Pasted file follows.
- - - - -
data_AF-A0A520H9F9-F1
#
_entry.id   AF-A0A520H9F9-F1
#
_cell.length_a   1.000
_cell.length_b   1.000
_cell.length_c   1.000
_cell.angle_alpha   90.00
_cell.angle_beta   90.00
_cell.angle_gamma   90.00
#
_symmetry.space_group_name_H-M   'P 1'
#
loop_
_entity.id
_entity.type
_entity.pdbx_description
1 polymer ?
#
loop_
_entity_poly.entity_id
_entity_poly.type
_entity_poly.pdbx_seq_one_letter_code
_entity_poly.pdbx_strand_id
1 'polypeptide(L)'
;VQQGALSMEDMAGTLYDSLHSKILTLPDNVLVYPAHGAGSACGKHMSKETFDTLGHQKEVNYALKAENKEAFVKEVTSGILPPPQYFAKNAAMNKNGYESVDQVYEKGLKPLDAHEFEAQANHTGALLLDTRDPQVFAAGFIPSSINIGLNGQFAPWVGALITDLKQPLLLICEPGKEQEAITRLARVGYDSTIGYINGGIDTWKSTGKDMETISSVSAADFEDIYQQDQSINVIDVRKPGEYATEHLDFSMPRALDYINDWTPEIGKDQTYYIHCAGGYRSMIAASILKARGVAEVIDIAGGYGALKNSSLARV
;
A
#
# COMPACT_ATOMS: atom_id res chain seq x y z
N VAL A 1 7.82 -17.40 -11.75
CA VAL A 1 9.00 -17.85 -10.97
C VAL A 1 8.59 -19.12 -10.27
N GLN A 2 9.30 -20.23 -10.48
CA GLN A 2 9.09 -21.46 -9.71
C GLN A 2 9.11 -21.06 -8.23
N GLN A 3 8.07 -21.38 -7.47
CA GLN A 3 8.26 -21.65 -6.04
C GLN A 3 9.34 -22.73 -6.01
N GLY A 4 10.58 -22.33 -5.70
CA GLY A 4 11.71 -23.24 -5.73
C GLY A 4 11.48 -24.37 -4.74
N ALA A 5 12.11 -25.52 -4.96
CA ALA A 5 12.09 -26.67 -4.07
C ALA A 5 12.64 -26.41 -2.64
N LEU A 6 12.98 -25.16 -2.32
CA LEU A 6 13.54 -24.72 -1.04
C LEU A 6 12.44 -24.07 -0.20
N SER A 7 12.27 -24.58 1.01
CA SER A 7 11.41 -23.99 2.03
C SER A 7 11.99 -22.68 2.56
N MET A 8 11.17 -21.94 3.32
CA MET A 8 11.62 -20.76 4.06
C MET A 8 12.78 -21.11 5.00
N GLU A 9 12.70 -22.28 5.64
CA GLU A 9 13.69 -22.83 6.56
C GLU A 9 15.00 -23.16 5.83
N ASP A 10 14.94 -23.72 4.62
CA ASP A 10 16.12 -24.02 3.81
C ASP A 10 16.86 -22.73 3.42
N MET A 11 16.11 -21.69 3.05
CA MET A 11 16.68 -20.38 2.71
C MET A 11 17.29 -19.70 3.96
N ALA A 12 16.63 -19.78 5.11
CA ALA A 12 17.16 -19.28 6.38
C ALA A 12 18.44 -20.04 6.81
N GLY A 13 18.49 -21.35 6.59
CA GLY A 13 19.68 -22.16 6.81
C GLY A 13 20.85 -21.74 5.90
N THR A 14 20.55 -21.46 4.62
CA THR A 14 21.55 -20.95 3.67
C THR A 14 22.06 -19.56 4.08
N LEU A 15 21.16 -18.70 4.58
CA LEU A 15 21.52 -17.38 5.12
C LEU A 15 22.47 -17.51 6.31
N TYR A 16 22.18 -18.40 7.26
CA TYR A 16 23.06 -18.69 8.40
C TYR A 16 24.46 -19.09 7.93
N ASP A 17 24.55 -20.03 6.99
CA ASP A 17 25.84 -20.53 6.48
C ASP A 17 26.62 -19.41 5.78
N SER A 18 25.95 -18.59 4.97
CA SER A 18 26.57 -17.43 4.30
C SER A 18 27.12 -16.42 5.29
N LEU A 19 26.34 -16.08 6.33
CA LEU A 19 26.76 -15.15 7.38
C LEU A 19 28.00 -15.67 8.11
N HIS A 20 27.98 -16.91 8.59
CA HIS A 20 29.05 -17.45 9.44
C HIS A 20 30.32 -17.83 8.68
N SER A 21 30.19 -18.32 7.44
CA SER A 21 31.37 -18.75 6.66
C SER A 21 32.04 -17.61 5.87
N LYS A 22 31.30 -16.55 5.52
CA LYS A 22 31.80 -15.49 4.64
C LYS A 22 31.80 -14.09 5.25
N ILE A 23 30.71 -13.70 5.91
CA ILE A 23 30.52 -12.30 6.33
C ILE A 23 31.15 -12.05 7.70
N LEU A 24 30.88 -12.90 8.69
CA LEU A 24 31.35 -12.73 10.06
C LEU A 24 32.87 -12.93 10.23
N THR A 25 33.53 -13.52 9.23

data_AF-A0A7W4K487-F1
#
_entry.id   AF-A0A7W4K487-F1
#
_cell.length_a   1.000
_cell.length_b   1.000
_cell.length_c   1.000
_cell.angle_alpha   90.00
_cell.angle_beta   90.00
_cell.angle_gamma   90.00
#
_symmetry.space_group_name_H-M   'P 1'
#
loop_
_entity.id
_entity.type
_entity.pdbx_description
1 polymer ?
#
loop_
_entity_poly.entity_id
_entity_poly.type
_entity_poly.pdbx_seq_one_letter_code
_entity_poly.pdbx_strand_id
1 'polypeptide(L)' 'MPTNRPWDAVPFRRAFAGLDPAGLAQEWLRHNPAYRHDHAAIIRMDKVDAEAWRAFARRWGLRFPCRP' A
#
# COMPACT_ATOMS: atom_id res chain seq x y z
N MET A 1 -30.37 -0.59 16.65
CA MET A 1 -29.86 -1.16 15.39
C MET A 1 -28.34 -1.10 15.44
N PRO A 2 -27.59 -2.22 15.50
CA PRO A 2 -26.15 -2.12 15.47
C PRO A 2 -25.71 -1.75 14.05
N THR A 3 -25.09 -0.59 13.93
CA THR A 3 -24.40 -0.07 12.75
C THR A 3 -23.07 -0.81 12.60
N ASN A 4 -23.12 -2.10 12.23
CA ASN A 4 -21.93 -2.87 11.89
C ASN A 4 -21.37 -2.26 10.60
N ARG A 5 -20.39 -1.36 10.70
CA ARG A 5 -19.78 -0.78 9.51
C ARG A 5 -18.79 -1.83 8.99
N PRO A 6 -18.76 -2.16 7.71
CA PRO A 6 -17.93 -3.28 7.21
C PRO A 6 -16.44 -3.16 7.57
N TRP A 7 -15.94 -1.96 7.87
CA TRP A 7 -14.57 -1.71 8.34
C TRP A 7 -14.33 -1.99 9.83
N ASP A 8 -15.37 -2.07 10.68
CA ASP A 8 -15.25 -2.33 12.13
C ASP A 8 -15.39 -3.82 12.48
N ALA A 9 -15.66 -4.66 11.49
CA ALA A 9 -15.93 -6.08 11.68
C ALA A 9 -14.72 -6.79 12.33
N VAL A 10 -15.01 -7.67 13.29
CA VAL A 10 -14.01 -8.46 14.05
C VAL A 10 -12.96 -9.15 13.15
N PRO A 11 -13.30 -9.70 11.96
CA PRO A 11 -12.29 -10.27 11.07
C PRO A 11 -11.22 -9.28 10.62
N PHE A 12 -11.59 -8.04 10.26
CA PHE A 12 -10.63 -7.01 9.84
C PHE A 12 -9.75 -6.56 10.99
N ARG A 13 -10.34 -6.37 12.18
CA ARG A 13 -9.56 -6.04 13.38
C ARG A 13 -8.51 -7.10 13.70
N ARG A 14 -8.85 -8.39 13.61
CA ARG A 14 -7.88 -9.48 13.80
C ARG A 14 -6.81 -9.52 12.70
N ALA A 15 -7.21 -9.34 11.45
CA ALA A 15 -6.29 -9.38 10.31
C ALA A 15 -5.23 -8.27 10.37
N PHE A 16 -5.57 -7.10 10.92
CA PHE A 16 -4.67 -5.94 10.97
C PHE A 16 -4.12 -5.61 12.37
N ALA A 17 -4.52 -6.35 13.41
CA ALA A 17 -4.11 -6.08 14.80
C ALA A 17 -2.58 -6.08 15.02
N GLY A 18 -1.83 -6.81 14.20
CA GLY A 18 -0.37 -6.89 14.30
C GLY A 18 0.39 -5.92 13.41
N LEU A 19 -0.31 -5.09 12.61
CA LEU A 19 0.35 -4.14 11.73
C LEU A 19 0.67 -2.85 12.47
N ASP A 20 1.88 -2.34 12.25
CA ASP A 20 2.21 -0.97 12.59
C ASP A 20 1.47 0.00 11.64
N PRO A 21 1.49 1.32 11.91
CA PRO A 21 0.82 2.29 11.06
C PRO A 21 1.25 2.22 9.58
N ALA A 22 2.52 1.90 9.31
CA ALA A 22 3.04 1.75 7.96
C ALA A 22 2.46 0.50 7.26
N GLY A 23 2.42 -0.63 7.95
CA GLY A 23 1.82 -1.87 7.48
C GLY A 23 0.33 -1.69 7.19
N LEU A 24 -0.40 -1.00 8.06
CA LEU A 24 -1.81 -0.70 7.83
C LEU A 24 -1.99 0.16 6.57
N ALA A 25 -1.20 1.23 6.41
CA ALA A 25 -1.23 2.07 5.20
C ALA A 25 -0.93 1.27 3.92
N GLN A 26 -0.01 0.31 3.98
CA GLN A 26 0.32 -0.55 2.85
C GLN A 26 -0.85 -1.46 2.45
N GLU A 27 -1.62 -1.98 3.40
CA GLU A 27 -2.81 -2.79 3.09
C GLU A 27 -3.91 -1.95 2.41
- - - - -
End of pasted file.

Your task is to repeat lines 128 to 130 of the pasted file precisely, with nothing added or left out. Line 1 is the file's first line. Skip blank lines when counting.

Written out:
1 'polypeptide(L)' 'MPTNRPWDAVPFRRAFAGLDPAGLAQEWLRHNPAYRHDHAAIIRMDKVDAEAWRAFARRWGLRFPCRP' A
#
# COMPACT_ATOMS: atom_id res chain seq x y z